The Olympic Games - pure magic or just another competition?

By Reut Golinsky
Photo © Reut Golinsky, EMJO, 2010 Absolute Skating

Special thanks to Mireille Geurts who talked to Kevin van der Perren and Jenna McCorkell

The Olympic Games, what are they really?
A famous Russian sports journalists and an Olympic gold medalist herself, Elena Vaitsehovskaya wrote in the introduction to her book "My Olympic Games":
"During all the years of existing mankind never invented anything more interesting than the Olympics Games... I heard those words from my father [a famous Russian swim coach] when I was still a schoolgirl... The Olympic Games are far from being the whole sport; they are rather the upper section of it including the totally inexpressible pressure and the unbelievable tension of combat and human drama. Each time I recall that sentence of my father I again reach the same conclusion; during all the time of its existence mankind did indeed not invent anything more interesting than this".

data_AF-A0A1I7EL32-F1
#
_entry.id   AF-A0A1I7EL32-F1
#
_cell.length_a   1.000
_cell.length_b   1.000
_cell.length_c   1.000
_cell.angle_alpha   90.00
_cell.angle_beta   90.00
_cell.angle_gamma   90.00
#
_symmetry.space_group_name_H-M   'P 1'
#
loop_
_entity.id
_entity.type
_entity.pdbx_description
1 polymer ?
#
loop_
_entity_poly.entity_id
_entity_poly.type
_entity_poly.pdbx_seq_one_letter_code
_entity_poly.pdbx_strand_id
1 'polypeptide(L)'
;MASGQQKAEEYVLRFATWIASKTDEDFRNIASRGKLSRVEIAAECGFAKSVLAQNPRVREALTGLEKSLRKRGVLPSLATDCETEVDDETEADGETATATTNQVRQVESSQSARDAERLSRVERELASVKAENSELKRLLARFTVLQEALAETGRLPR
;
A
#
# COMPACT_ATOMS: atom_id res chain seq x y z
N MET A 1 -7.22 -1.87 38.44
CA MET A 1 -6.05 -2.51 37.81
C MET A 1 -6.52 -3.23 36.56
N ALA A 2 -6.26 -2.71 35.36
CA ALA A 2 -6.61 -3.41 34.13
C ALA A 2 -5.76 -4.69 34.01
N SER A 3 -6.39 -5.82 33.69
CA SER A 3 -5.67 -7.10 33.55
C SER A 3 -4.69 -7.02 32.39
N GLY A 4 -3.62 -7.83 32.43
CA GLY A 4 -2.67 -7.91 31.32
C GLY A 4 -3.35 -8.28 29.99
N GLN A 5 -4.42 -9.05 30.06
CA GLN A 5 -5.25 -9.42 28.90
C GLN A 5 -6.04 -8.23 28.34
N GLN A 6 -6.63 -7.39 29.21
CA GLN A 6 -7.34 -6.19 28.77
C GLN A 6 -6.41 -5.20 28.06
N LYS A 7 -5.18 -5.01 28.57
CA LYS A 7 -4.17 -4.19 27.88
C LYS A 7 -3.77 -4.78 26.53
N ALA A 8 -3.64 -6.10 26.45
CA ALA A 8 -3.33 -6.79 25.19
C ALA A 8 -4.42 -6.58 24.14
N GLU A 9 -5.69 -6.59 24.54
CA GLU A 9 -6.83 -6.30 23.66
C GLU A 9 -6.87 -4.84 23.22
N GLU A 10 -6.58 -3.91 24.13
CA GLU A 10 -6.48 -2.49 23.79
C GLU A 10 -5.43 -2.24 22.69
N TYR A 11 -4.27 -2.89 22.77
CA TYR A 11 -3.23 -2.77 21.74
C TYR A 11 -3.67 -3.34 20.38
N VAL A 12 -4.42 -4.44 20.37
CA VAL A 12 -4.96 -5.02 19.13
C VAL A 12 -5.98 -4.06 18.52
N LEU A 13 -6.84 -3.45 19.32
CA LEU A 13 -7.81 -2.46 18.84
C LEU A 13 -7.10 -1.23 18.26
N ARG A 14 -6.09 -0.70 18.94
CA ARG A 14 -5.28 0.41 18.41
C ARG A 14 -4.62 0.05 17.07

So what makes the Games so special for fans and athletes? Is it the fact that they happen only once every four years? Or the fact that you represent not only yourself but your whole country? Or that all the sports come together and you can root for your countrymen and celebrate with them afterward in the House of your country? Or maybe the medal matters the most after all? Or just maybe the Games are not that special at all; they are "just another competition you should win to get a medal".

Regardless which one, they made Isabel Delobel go back on the ice just a few weeks after giving birth to baby-Lois. The Olympics is the only competition she will participate in this season, with a single goal in sight – an Olympic medal. The medal she wasn't able to win in her two previous Games. And the Games are the reason why Evgeni Plushenko, who already has every possible title and deservedly was crowned The Tsar, decided to keep a strict diet to regain his competitive form. He’s exhausting himself with hard training to get the chance to be the first male skater since Dick Button to win an Olympic gold medal twice.